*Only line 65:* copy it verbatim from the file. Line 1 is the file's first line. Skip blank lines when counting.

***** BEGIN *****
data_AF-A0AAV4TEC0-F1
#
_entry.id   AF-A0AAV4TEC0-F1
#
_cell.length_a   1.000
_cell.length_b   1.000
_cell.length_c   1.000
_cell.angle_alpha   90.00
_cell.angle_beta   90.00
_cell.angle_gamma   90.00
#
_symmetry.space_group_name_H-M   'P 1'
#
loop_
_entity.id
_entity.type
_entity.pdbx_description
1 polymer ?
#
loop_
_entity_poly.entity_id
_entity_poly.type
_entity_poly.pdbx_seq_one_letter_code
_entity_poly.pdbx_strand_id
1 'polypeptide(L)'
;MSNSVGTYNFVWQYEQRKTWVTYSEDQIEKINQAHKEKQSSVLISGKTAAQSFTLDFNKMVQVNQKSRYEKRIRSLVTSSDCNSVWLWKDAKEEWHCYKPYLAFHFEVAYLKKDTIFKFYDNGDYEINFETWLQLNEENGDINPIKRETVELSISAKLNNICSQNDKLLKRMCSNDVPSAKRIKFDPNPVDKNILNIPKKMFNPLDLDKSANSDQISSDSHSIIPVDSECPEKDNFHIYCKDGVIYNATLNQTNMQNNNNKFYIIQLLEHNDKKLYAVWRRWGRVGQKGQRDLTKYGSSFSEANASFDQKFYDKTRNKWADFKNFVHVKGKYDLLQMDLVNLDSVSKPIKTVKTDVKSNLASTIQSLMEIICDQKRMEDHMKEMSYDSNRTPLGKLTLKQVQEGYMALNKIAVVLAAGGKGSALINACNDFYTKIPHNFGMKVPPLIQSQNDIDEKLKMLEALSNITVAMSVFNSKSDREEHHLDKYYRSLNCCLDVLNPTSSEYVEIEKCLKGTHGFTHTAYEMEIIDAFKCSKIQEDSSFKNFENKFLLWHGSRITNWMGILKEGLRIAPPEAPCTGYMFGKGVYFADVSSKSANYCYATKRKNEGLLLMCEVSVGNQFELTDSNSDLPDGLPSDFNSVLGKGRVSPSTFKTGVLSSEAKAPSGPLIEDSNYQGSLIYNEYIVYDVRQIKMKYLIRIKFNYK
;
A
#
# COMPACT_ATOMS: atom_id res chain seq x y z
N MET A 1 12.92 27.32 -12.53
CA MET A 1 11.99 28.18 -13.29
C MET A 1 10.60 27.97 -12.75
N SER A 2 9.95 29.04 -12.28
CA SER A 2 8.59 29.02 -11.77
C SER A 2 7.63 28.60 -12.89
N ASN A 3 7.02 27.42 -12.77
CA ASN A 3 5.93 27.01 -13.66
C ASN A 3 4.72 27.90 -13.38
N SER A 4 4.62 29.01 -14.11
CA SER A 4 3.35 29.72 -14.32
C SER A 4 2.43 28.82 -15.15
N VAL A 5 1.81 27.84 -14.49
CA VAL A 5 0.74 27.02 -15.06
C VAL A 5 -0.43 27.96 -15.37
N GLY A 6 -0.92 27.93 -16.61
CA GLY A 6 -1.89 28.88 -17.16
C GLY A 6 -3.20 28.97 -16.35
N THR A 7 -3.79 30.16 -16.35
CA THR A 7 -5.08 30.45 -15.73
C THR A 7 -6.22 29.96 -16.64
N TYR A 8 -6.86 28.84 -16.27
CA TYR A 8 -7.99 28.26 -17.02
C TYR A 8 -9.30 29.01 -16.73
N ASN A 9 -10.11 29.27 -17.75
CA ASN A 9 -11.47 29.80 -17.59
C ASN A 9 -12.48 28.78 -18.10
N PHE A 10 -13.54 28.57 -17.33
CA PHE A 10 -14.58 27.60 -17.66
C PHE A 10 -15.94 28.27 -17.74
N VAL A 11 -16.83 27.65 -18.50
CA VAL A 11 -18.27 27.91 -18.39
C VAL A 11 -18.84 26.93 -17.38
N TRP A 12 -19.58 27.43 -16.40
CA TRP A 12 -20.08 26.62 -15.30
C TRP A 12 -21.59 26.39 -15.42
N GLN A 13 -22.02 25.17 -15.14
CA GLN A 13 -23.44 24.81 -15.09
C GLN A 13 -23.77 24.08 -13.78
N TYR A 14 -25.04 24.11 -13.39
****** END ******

CA TRP A 12 -20.08 26.62 -15.30